available at amazon.com paperback or kindle
Walking down a dirt trail that follows the Boise River on a lovely fall day — what could be better? The warm sun is on my back, light bounces off the rippled surface of the river, and the path is dappled with poplar leaves. What first catches my artist’s eye is the diversity of color, value, pattern, size, and texture of the leaves. No two leaves are deteriorating in the same way. This realization triggers a more philosophical direction in my thinking moving away from the initial fascination of design. The individuality of death is probably true of most organic life, including human beings. Although there are similar aspects of aging, the process is unique for all.
This thought brought to mind a classic teaching of the Buddha. In guiding his followers on developing an understanding of the transient nature of all existence, he encouraged his students to contemplate the disintegration of their own human body after death, following the body through each step of decay to the bones turning to dust. While this may seem morbid to some people, it is a very effective way, with frequent repetition, to build an understanding of the very temporary nature of our own being. One of the Buddha’s most liberating teachings is the deep understanding of impermanence.
As I looked at the poplar leaves on the path they seemed to offer a beautiful analogy of this concept of impermanence. The cycle from green leaves fallen to dusty skeletons of leaf veins were arrayed before me. Since I feel intimately engaged in the aging process, I decided to contemplate the decay of the leaves as a substitute for my body. Painting has always been my tool of contemplation and learning. Use this book as an aid in your understanding of impermanence, or just reflect on the beauty and diversity of the leaves, either way — enjoy.
Mark W. McGinnis
Cover image for “Poplar Leaf Study: Version One” – acrylic on paper, 11″ X 4″, 2013,
Mark W. McGinnis
I sit in my studio contentedly working on my paintings as I do six days a week nearly 52 weeks a year. My iPad is playing one of the many Blues stations I have programmed on Pandora. A piece comes on by Eric Clapton and Steve Winwood live at Madison Square Garden. My mind is taken back to all the Eric Clapton music I have had over the decades — the vinyl, the cassettes, the CDs. I think about playing one of the first Cream albums on the stereo in the shoe store where I worked in the late 60’s while doing my undergraduate art studies — selling platform shoes and listening to Cream — life was good.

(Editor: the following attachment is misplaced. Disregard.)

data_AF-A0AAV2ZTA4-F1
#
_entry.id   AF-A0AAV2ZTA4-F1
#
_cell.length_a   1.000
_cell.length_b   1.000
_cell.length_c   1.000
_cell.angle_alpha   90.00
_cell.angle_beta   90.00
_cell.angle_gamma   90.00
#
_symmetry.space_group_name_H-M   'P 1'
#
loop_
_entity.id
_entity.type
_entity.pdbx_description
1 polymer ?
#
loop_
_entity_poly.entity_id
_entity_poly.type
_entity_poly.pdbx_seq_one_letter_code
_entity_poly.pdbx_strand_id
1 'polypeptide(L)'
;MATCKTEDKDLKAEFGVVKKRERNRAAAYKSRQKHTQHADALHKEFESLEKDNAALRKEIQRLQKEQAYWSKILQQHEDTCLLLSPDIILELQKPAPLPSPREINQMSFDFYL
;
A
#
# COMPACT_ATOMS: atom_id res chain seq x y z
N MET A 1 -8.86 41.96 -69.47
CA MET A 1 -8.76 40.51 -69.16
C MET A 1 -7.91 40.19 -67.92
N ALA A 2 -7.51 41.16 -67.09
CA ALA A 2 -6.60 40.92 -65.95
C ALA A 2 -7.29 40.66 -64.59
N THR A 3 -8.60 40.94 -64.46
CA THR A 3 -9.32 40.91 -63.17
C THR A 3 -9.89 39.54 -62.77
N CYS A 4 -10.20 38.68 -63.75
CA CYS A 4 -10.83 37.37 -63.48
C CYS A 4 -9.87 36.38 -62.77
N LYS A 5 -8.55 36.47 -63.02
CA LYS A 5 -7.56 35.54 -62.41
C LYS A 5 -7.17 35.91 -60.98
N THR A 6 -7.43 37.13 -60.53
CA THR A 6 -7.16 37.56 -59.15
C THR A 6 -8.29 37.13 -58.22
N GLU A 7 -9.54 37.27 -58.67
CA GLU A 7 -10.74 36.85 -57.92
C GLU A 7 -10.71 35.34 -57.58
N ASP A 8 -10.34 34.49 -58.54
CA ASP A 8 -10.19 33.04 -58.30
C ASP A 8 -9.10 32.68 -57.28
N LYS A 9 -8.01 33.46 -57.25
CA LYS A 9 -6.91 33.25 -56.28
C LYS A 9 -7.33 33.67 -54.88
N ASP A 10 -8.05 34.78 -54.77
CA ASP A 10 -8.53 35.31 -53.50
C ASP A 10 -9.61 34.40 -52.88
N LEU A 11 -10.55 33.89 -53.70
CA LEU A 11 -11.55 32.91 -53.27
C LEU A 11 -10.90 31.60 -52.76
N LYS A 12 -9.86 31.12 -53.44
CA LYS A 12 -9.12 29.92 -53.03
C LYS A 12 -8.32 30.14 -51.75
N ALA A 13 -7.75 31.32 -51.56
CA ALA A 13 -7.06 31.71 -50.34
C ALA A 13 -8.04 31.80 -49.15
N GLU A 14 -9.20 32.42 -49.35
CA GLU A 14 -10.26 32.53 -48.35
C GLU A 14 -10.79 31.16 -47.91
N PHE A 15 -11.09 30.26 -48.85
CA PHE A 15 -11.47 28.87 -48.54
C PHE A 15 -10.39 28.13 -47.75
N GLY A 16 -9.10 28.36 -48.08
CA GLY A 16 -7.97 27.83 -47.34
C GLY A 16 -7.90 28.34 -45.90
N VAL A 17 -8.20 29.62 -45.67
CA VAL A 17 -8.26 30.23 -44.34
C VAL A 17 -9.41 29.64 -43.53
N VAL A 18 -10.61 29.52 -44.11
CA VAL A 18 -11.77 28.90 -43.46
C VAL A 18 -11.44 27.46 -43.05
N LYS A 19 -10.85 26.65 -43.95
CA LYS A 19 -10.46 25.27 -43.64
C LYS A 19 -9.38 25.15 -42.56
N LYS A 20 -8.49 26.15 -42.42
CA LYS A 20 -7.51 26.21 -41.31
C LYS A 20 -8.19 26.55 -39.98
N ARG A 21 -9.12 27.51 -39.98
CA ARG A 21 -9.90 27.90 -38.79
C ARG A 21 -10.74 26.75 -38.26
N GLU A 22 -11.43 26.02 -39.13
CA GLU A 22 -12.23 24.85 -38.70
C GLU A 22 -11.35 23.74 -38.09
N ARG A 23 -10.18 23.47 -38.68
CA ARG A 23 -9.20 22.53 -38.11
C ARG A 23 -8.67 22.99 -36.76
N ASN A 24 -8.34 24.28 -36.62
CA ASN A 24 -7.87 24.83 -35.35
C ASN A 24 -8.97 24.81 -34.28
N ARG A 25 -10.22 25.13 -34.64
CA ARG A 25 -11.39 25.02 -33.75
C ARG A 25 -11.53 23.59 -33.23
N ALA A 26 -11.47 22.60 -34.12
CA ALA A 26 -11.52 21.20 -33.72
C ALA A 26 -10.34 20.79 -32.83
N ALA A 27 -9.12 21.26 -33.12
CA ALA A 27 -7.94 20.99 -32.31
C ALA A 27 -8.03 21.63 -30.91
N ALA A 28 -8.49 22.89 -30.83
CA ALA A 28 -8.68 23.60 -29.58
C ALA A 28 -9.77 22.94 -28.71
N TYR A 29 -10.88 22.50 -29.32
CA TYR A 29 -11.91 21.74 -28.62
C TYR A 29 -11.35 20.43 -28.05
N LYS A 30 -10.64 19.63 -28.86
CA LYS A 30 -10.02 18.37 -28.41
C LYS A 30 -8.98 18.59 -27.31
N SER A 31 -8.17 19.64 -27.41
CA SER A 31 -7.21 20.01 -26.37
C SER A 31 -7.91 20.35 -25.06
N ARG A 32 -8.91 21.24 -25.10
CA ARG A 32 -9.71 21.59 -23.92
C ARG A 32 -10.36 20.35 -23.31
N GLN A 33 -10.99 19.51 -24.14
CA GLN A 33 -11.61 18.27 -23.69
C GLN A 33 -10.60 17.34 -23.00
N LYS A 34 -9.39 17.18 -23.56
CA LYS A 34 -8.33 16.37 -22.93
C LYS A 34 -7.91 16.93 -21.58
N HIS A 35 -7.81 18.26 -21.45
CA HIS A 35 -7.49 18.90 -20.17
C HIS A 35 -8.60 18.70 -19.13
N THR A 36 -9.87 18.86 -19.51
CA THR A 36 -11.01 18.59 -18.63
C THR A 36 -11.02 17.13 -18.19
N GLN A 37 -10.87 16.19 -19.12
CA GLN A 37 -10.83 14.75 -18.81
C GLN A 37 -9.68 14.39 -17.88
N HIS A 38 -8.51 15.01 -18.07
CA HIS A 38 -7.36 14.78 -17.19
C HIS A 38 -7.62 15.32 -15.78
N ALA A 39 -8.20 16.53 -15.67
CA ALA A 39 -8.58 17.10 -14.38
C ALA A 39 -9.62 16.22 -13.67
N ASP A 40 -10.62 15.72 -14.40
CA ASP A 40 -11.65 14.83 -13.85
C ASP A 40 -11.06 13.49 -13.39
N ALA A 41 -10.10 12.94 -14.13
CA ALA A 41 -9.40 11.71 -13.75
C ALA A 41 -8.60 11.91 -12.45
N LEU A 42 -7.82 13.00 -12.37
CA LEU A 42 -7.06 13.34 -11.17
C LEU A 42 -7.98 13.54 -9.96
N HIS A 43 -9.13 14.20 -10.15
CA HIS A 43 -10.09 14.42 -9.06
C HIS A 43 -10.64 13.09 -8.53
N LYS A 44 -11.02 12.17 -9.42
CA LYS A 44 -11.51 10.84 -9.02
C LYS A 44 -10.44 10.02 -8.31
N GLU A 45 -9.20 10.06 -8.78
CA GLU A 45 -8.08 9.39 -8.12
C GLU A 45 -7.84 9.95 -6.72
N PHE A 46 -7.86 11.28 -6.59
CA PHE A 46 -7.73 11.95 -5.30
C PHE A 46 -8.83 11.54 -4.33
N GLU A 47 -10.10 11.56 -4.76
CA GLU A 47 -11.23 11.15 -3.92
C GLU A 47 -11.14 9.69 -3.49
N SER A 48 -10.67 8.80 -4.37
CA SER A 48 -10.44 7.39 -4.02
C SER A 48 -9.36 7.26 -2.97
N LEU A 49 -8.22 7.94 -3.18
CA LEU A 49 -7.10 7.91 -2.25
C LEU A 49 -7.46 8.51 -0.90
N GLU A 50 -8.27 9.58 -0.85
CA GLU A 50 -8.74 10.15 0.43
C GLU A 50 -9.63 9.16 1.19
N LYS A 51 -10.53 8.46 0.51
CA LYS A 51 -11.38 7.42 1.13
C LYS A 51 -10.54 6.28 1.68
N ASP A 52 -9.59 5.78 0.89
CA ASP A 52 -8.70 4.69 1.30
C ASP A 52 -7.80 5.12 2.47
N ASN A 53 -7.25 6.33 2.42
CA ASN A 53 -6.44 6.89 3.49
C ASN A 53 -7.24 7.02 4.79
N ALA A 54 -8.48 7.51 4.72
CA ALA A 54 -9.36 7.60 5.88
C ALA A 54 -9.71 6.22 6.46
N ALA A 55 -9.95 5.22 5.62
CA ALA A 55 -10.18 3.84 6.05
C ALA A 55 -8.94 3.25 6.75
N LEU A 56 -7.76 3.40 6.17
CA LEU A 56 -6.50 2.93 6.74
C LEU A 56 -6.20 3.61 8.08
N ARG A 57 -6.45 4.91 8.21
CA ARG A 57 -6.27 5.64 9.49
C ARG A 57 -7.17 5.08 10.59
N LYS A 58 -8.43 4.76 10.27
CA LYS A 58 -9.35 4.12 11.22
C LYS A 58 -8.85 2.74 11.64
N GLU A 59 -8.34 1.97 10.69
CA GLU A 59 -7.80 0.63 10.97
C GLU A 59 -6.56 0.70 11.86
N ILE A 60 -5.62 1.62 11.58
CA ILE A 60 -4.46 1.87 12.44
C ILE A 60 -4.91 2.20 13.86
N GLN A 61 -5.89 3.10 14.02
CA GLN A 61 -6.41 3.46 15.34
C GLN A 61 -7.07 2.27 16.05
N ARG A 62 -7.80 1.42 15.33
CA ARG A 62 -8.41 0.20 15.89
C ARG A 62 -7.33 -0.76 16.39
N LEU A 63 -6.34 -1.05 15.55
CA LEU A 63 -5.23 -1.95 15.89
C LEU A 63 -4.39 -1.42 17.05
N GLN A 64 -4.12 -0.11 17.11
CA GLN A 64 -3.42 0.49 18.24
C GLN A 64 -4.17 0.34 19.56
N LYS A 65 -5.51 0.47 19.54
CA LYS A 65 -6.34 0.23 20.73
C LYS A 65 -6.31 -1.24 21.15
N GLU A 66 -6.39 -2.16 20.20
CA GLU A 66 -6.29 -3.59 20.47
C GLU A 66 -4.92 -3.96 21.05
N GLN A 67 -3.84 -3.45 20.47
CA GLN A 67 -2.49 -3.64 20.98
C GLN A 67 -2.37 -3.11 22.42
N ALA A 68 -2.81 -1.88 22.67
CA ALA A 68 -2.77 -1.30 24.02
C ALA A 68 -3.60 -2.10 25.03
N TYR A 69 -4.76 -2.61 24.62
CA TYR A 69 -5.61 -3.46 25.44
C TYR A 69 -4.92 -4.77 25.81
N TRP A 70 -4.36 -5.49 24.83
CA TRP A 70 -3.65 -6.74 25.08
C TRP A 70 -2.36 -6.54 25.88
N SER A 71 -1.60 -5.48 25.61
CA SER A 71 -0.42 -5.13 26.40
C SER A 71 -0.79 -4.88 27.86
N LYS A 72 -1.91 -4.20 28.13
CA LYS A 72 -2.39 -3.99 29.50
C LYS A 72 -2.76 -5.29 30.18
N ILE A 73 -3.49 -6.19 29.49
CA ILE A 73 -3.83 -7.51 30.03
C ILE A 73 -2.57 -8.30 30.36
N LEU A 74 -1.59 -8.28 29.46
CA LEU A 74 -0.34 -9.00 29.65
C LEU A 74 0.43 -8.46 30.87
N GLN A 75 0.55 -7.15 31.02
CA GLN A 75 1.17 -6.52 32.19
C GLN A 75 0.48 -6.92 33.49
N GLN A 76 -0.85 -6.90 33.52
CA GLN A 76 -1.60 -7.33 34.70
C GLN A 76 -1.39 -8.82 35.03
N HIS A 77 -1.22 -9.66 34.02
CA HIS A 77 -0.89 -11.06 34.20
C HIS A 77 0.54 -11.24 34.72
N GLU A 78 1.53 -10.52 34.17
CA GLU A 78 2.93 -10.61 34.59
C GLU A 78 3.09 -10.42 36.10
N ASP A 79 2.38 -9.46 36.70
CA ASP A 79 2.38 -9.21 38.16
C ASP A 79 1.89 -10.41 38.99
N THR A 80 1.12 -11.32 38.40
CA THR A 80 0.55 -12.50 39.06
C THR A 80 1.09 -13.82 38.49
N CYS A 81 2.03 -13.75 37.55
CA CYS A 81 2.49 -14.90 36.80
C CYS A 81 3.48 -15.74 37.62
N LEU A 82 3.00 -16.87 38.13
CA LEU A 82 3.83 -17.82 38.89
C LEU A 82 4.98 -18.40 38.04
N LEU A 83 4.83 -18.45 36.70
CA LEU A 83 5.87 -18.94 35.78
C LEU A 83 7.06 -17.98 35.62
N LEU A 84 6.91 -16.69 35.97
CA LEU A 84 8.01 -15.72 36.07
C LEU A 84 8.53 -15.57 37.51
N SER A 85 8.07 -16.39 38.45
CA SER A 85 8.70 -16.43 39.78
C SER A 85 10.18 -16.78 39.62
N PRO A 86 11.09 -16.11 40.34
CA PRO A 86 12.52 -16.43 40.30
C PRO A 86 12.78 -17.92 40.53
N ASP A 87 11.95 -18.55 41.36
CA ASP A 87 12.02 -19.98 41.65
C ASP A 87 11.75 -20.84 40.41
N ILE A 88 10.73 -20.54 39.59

I have a couple Clapton albums in my digital collection on my iPad but nothing live, and for me Clapton, like Springsteen, has a special energy live that cannot be found in studio recordings. With the seamless magic of Apple’s world in a few seconds I am sampling the full 2009 album on iTunes – I buy it.
Back in the flow of my work I listen to track after track with pleasure, then Clapton begins Jimi Hendrix’s Little Wing. My eyes well-up with tears, I stop my work and am completely absorbed by the sound. It is not only an emotional experience, it is also a spiritual experience. This experience is created by many factors, not the least is the combined talents of three artistic geniuses — Hendrix’s original creation, Clapton’s remarkable interpretation, and Winwood’s symbiotic keyboard work that is so subtle and perfect. There is also something in the lyrics —
Well she’s walking through the clouds
With a circus mind that’s running round
Butterflies and zebras
And moonbeams and fairy tales
That’s all she ever thinks about
Riding with the wind.
The words seem to embody that brief time in the late 60’s and early 70’s when there seemed an alternative way. A possibility of breaking free of the dominant culture, of becoming more concerned with love than money. Yes, I am feeling loss. Surely not all those involved with the counterculture of the time lost – some stayed with it. But most were quite rapidly absorbed in the powerful current of consumer culture. For the most part I certainly was swept into family responsibilities and career path.
Loss can certainly be part of aesthetic experience. Fast burning flashes of genius like Hendrix or the complex long-maturing richness of Clapton’s talent show us the potential of art to bring understanding of ourselves. I continue to sit at my table and apply paint — washes and overlays. I hope once in a while they might give someone some insight. They keep me busy and I am grateful for that.